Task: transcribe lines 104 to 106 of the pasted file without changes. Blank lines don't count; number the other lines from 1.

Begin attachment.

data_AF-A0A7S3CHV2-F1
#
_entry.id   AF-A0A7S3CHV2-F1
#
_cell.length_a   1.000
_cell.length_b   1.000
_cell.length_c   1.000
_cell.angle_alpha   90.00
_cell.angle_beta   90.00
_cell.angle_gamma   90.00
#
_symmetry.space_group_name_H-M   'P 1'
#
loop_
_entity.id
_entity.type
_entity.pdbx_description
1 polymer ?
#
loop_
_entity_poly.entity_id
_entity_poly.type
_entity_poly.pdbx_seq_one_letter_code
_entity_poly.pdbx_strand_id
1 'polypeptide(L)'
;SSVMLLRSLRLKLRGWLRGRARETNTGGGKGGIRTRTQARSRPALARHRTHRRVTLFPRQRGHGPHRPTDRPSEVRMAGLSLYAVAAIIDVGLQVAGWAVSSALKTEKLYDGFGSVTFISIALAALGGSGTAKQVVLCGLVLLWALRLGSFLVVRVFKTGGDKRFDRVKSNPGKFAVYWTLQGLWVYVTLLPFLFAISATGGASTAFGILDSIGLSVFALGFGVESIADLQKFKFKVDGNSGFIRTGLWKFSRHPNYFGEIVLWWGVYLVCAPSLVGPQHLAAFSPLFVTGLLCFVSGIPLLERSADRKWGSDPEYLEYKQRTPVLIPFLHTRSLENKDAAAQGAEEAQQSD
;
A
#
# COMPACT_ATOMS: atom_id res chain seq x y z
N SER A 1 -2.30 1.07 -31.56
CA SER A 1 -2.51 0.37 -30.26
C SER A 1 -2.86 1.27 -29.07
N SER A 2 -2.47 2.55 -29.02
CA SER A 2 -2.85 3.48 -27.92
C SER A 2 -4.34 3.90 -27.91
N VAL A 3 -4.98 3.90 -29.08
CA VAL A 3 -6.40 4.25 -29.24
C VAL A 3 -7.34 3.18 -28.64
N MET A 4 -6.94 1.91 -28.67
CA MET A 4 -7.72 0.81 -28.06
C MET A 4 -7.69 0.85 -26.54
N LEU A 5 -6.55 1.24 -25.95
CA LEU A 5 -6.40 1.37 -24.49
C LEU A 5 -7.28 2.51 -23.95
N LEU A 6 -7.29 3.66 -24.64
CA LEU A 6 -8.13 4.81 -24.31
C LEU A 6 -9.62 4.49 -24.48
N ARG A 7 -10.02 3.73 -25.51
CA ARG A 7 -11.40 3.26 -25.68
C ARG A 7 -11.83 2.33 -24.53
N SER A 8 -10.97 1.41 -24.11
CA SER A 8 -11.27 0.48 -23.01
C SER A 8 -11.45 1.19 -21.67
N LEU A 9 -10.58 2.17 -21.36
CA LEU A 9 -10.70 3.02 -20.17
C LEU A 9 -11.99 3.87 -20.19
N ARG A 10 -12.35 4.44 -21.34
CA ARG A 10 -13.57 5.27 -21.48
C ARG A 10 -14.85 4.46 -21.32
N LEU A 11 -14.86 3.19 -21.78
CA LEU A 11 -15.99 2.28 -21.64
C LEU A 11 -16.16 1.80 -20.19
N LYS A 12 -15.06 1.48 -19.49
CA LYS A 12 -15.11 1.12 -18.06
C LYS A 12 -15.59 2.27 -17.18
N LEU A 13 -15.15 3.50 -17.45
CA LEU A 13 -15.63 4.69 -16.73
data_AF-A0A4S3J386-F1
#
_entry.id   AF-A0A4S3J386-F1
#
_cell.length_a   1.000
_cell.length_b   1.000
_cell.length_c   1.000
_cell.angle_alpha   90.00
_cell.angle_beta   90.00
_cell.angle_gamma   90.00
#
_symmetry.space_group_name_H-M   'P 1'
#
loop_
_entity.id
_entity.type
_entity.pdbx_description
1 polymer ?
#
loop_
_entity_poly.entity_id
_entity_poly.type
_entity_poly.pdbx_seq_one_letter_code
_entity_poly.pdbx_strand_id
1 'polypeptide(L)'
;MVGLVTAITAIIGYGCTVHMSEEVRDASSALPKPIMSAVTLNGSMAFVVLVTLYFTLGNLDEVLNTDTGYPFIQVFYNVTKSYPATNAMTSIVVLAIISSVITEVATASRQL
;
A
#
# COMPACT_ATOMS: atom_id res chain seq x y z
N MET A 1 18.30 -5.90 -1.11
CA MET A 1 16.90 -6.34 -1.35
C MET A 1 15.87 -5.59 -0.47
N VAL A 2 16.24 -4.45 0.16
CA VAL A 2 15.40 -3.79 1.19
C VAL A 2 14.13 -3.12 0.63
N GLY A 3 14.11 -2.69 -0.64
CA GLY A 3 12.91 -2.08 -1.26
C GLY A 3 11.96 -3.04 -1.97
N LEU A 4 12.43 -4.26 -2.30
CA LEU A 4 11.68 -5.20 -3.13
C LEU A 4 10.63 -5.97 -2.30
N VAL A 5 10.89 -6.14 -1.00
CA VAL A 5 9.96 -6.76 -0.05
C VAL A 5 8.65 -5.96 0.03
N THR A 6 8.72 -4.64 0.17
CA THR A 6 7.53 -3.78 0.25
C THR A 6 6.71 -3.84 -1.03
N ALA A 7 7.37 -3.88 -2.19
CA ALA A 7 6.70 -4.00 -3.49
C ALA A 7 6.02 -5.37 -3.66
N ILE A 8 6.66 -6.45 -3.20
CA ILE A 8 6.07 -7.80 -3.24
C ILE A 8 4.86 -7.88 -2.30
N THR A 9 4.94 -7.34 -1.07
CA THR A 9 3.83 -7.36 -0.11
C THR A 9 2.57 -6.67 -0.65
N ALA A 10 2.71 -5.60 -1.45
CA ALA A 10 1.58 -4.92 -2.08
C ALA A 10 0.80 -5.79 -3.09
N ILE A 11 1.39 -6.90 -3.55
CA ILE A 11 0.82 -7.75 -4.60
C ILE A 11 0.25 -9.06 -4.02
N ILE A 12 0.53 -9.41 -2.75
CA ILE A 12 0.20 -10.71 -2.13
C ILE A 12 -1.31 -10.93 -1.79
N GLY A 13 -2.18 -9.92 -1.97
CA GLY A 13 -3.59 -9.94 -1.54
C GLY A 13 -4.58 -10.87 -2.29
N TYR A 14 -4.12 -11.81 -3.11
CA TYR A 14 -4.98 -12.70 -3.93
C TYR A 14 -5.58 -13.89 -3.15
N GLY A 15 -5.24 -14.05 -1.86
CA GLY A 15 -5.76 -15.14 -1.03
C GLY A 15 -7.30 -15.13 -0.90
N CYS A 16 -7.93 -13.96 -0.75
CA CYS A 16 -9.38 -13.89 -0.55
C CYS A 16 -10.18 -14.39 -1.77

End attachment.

C VAL A 2 14.13 -3.12 0.63
N GLY A 3 14.11 -2.69 -0.64
CA GLY A 3 12.91 -2.08 -1.26